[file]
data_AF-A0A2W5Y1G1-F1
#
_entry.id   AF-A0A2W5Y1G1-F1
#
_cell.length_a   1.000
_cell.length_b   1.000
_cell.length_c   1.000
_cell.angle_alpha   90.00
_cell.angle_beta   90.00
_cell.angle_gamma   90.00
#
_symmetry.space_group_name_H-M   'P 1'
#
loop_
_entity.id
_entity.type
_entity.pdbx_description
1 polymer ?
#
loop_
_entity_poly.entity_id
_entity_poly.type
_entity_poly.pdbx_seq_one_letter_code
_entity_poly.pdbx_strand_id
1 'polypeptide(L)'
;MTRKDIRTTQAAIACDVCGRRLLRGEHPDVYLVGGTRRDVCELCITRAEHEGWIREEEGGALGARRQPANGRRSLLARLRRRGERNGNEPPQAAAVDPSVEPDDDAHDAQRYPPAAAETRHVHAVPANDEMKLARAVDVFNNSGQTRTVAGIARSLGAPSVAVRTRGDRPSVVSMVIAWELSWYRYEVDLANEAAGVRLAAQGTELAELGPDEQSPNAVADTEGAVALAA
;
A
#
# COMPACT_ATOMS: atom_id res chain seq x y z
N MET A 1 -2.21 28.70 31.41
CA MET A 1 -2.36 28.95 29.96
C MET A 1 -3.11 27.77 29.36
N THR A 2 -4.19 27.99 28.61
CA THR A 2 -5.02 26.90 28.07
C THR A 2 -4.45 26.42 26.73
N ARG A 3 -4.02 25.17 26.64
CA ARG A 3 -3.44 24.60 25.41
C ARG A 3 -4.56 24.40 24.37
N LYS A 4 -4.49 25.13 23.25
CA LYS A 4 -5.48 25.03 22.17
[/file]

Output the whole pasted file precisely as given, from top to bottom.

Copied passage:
data_AF-A0A2W5Y1G1-F1
#
_entry.id   AF-A0A2W5Y1G1-F1
#
_cell.length_a   1.000
_cell.length_b   1.000
_cell.length_c   1.000
_cell.angle_alpha   90.00
_cell.angle_beta   90.00
_cell.angle_gamma   90.00
#
_symmetry.space_group_name_H-M   'P 1'
#
loop_
_entity.id
_entity.type
_entity.pdbx_description
1 polymer ?
#
loop_
_entity_poly.entity_id
_entity_poly.type
_entity_poly.pdbx_seq_one_letter_code
_entity_poly.pdbx_strand_id
1 'polypeptide(L)'
;MTRKDIRTTQAAIACDVCGRRLLRGEHPDVYLVGGTRRDVCELCITRAEHEGWIREEEGGALGARRQPANGRRSLLARLRRRGERNGNEPPQAAAVDPSVEPDDDAHDAQRYPPAAAETRHVHAVPANDEMKLARAVDVFNNSGQTRTVAGIARSLGAPSVAVRTRGDRPSVVSMVIAWELSWYRYEVDLANEAAGVRLAAQGTELAELGPDEQSPNAVADTEGAVALAA
;
A
#
# COMPACT_ATOMS: atom_id res chain seq x y z
N MET A 1 -2.21 28.70 31.41
CA MET A 1 -2.36 28.95 29.96
C MET A 1 -3.11 27.77 29.36
N THR A 2 -4.19 27.99 28.61
CA THR A 2 -5.02 26.90 28.07
C THR A 2 -4.45 26.42 26.73
N ARG A 3 -4.02 25.17 26.64
CA ARG A 3 -3.44 24.60 25.41
C ARG A 3 -4.56 24.40 24.37
N LYS A 4 -4.49 25.13 23.25
CA LYS A 4 -5.48 25.03 22.17